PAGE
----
Review: ‘I never promised you a rose garden’ by Jonny Oates

Last week Jonny Oates published his memoir “I never promised you a rose garden” (BiteBack). Jonny is best known to most Lib Dems as Nick Clegg’s Chief of Staff during Coalition, and as our current spokesperson for Energy and Climate Change in the House of Lords.

Many years ago Jonny was the twenty-something political assistant to the Council group in Kingston, and I first met him then, so I skimmed through the book to find the chapter where he talks about people I know. It is, amazingly, halfway through, so there was obviously a lot I didn’t know about him.

I started the book again, and read it properly, and it is certainly worth doing so. By the time you get to the account of Ed Davey’s first, and astonishing, election as MP for Kingston & Surbiton in 1997, you can understand how Jonny, as agent, alongside the legendary Belinda Eyre-Brook, achieved the impossible, in overturning a 15,000 Tory majority.  This is a man of deep integrity who is quietly determined, possessing the qualities of a team leader (but never a bully) and a sharp political mind, honed in the extraordinary politics of post-apartheid South Africa.

But as a teenager he was conflicted. He writes candidly about his own mental health and his struggles to come to terms with who he was, to the extent that he ran away to Ethiopia at the age of 15 and contemplated suicide. He tells us about the good people who came into his life and guided him with compassion, and the recognition that his parents’ love was unconditional after all.

Of course, Lib Dem Voice readers will be particularly interested in what he has to say about his time as Director of General Election Communications for the 2010 Election, and subsequently as Chief of Staff to the Deputy Prime Minister. Jonny gives us a slightly different, but not contradictory, perspective on the Coalition negotiations from those of David Laws and others.

Overall this is an unusual political memoir. No secrets are revealed in this book, no shameful exposures – he is too nice a person for that – but many deeply personal stories and insights are shared. It is a beautifully crafted tale, switching flawlessly between time periods and between first and third person narratives.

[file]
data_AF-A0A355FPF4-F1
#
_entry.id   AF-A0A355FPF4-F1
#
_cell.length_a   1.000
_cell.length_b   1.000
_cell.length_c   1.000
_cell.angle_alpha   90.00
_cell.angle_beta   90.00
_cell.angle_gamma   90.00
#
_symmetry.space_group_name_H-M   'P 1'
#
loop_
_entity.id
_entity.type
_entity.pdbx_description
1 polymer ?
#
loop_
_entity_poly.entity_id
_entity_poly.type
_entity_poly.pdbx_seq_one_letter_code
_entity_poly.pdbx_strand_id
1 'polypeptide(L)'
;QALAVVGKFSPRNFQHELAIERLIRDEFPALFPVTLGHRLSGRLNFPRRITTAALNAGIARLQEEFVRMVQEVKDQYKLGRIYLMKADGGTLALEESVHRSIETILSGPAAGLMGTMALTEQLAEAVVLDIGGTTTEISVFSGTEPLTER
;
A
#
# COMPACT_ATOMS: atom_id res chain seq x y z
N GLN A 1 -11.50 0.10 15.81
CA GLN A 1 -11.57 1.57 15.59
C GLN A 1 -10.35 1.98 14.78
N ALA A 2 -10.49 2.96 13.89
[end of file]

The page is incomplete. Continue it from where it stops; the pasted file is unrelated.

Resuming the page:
At yesterday’s launch event for his book, Jonny told us that he was originally planning to write a novel, but felt he had to explore aspects of his own life first. With that having been achieved so successfully, I am really looking forward to reading his first work of fiction at some time in the future – if politics don’t get in the way again, of course.


* Mary Reid is a contributing editor on Lib Dem Voice. She was a councillor in Kingston upon Thames, where she is still very active with the local party, and is the Hon President of Kingston Lib Dems.

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  • Someone said this to me,” I wish we had a coalition Government here, mainly to give all the MPs a say in tackling Covid-19, instead of leaving it to Boris and Dominic Cummings.”

  • John Marriott 30th Oct '20 - 9:14am

    The first line in country singer, Lynn Anderson’s Grammy winning song actually begins “I beg your pardon, I never promised you a rose garden”. Perhaps apologies have been overdone when it comes to THAT Coalition. Clegg probably did it to death with his plaintive broadcast that was seized on by digital music enthusiasts. So, good on Mr Oates for leaving it out.

    I probably will not be reading this particular book in a hurry, as I am still ploughing through the literature on the history of the Liberal Party as recommended to me by my unofficial tutor, Professor David Raw of the University of Life. Behind me are Dangerfield and Wilson and I’m currently half way through Dutton at the 1935 General Election, to be precise. It’s pretty grim reading with Samuelites versus Simonites with DLG still fuming in the wings and still clutching that ‘Political Fund’ of his.

    Perhaps, if Ms Anderson had been around back then, the song might have been more appropriate for that time in the party’s history. Which reminds me yet again of one of Yogi Berra’s famous sayings; “It’s déjà vu all over again”. Mind you, the next line of her song sums it up perfectly when she sings “Along with the sunshine there’s gotta be a little rain sometime”. Unfortunately for the Liberals since 1906 there has been much more of the latter.

  • Lin Macmillan 30th Oct '20 - 9:33am

    At last! Someone who understands that the Moderator of the General Assembly of the Church of Scotland is not the “Leader of the Church”! Thank you Mary Reid

  • I won’t delete Lin’s comment (after all, it is complementary to me!) but it should really be under this post:

  • @ John Marriott Always a pleasure, John.

    To really deepen your gloom as the dark nights encroach, you can get G.R. Searle’s, ‘The Liberal Party, Triumph and Disintegration, 1886-1929’, Abe Books for £ 2.39. or, well worth a read, also on Abe Books, POLITICAL WINGS William Wedgwood Benn, First Viscount Stansgate by Alun Wyburn-Powel for £ 4.99.

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